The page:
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J Clin Oncol. 1995 Dec;13(12):2916-23.

High-dose CHOP as initial therapy for patients with poor-prognosis aggressive non-Hodgkin's lymphoma: a dose-finding pilot study.

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  • 1Division of Hematologic Malignancies, Dana-Farber Cancer Institute, Boston, MA 02115, USA.



To purpose of this study was to develop a more effective approach to the treatment of patients with poor-prognosis aggressive non-Hodgkin's lymphoma (NHL).


Thirty newly diagnosed patients with bulky (> or = 10 cm) advanced-stage aggressive NHL were enrolled onto a pilot study. The study was designed to determine the maximum-tolerated dosages (MTD) of cyclophosphamide and doxorubicin that could be used in a high-dose cyclophosphamide, doxorubicin, vincristine, and prednisone (CHOP) regimen with granulocyte colony-stimulating factor (G-CSF) support and to assess preliminarily the efficacy of the regimen.


In the initial dose-finding portion of the study, cumulative thrombocytopenia was the dose-limiting toxicity. At the MTD, the regimen included four 21-day cycles of cyclophosphamide 4 gm/m2, doxorubicin 70 mg/m2, vincristine 2 mg, and prednisone 100 mg for 5 days with mesna and G-CSF support. At the MTD, 65% of treatment cycles were complicated by febrile neutropenia, 84% of patients received at least one platelet transfusion for platelet counts less than 20,000/microL, and there was one treatment-related death. Nineteen of 22 (86%; 90% confidence interval [CI], 68 to 96) patients treated at the MTD achieved an initial complete response (CR), and 79% (90% CI, 58 to 92) of the complete responders and 69% of all patients remain progression-free with 20 months median follow-up.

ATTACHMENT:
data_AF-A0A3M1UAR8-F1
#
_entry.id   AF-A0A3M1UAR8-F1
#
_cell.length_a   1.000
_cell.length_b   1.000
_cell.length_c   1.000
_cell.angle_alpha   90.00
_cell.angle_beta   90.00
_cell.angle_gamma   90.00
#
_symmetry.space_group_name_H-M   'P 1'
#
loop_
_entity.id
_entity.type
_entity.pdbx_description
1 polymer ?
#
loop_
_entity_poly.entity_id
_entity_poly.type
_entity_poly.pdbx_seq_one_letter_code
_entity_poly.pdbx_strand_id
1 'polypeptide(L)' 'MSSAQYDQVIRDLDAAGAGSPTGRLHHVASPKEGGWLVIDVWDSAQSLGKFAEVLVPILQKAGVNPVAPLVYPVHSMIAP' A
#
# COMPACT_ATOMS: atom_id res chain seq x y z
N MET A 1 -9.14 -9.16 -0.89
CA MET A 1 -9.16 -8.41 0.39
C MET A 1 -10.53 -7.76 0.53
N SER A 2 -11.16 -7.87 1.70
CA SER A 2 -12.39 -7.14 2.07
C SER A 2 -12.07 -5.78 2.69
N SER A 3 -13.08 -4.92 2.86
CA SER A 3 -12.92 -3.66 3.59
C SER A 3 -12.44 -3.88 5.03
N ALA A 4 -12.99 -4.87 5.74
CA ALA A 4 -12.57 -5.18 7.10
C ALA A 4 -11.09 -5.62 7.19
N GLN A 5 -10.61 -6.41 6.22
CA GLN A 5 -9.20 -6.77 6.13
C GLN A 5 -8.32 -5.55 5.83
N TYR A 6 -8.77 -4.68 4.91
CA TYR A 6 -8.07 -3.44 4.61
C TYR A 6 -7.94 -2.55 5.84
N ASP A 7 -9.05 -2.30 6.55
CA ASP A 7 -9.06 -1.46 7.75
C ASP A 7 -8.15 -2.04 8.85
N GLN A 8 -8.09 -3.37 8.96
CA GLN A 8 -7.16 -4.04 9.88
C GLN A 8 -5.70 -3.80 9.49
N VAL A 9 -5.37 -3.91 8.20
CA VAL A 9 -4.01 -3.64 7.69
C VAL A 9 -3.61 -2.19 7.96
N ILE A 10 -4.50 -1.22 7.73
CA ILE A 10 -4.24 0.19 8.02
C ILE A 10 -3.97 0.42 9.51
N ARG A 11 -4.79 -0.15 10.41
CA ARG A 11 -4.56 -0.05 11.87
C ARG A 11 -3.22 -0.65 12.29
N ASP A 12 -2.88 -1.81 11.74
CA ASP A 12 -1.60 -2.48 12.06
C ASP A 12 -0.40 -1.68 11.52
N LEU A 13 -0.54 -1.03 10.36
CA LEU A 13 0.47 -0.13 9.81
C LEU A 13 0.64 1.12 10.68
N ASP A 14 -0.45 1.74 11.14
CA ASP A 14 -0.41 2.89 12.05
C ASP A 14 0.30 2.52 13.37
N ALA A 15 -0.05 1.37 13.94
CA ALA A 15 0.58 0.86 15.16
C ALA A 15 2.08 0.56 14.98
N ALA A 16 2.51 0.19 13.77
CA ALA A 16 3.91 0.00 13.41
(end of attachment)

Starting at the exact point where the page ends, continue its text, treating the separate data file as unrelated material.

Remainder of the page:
The high-dose CHOP regimen may be an effective alternative for patients with poor-prognosis aggressive NHL.

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